Schroedinger’s Baby

I feel like the most famous paradox in Quantum Physics, Schroedinger’s Cat. Essentially, a cat as placed in a box with a radioactive atom. If a Geiger counter detects an alpha wave (showing that the atom is breaking down), a small vial of poison is released, killing the cat. Schroedinger postulated that as the atom had not yet decayed (and set off the poison), until the box was opened and observational evidence taken, the cat inside the box could be thought of as simultaneously alive and dead. It’s a wonderful brain teaser, the concept of duality in existence without any sort of cognitive dissidence. It has to be both, as it cannot be simply one or the other.

That’s how I feel when I hold my child. A 9 month old squirming ball of energy, with opinions and moods and the ability to give hugs and love and tell me when he is upset, he also exists in my mind as the newborn baby wrapped in blankets on my chest as I sat in my hospital bed. I look at him and see who he is and who he was, simultaneously. He was taking a nap yesterday, and as I checked in on him, I found him sleeping on his tummy, feet dangling beyond the crib’s slats, socks almost off. He looked so…grownup. I was struck by the moment, and wondered “Where has my baby gone, and who is this creature that has replaced him?”. I carefully turned him over, and tucked in his blankets around him. I’ve done that same motion, the tucking in of the blankets, a thousand times now. I’ve read the same bedtime book to him a few hundred times. I’ve wiped away countless tears, and looked at a color palate of stains on my clothes from various baby….fluids, and the ablutions following more times than I would like to count. I’ve gone from fearing about him not breathing, to fearing about him rolling into a pillow, to fearing him launching himself off of the couch, to fearing him opening cabinet doors and eating everything contained within.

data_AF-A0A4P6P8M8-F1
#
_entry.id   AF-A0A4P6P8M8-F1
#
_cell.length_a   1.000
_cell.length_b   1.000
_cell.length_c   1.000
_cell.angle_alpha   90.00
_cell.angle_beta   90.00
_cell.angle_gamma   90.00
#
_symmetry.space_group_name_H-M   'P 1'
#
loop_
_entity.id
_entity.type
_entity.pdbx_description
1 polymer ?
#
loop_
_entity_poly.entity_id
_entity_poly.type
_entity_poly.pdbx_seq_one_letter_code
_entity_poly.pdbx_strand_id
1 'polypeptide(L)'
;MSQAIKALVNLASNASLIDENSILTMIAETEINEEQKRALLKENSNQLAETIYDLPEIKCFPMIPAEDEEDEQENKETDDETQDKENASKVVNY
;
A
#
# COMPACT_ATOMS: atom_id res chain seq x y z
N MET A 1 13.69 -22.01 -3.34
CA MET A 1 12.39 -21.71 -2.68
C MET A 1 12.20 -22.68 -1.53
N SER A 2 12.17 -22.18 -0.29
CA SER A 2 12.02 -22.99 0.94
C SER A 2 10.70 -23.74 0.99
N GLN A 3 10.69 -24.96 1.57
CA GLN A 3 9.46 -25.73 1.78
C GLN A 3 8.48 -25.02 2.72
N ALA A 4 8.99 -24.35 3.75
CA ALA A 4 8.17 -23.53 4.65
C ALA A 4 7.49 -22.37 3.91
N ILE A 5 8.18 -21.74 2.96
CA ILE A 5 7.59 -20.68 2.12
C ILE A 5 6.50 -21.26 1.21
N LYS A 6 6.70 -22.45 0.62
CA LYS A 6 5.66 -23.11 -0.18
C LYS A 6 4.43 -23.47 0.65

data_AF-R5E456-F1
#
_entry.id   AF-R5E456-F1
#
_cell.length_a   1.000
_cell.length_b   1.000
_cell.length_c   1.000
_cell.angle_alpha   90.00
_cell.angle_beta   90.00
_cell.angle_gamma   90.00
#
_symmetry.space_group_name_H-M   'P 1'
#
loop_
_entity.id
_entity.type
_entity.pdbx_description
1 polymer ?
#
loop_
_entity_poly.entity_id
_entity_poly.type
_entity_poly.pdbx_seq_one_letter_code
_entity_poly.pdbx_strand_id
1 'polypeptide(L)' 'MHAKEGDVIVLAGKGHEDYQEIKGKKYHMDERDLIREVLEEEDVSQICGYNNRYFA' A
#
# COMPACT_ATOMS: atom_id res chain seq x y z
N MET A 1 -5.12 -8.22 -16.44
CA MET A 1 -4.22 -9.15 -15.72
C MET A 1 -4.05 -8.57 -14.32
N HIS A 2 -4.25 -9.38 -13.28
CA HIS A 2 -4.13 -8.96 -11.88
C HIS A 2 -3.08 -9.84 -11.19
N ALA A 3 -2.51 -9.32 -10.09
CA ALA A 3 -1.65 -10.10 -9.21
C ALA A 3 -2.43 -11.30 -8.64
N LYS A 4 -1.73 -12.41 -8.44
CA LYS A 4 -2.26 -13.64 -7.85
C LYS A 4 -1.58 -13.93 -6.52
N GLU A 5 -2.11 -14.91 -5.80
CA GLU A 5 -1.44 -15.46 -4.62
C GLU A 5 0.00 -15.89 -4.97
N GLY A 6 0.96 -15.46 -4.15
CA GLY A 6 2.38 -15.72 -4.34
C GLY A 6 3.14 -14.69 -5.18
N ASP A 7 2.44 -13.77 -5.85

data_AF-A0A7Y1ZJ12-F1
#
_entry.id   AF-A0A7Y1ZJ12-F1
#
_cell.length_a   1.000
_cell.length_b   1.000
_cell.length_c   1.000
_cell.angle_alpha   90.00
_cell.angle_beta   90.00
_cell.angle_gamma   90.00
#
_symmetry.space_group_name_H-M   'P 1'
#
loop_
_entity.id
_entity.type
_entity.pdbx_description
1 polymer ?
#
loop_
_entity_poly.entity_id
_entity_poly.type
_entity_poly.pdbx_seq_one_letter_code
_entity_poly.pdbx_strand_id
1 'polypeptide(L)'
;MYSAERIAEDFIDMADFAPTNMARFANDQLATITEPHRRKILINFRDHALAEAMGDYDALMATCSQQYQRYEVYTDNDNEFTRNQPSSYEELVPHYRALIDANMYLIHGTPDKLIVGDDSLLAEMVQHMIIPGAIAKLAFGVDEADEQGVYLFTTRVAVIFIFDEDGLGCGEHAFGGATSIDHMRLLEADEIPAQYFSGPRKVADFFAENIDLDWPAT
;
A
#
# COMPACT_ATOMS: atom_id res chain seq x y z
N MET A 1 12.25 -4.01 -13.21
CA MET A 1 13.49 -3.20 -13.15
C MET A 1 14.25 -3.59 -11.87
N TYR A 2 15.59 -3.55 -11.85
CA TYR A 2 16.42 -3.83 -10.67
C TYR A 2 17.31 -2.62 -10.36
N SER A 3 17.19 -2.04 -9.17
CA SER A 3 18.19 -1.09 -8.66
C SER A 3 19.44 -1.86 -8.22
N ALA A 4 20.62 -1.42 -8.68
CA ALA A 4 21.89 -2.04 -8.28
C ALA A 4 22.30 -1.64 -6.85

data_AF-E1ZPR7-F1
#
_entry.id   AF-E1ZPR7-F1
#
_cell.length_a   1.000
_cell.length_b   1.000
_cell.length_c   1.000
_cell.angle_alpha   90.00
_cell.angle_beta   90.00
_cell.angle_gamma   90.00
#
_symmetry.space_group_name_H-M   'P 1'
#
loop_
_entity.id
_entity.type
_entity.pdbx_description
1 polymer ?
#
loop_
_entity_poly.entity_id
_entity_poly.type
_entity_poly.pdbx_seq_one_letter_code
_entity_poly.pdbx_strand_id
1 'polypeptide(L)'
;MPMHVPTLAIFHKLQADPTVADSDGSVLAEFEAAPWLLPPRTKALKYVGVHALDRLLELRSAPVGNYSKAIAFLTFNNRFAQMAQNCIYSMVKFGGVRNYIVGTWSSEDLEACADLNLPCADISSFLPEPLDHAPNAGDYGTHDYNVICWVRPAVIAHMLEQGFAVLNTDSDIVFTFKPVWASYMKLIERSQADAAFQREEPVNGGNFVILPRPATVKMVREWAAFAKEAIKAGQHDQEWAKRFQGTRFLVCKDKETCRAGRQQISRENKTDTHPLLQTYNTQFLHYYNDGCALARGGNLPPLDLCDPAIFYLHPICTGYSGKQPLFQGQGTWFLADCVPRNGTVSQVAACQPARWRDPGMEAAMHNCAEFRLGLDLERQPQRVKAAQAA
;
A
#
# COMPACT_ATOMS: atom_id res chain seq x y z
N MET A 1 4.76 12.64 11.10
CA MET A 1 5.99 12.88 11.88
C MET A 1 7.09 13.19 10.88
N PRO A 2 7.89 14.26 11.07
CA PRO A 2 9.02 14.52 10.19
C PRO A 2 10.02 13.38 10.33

He is yesterday. He is today. He is tomorrow. He is the man he will be when I am dead and gone. He is all of those things at once. He cannot be one or the other.

Life is a maddening box.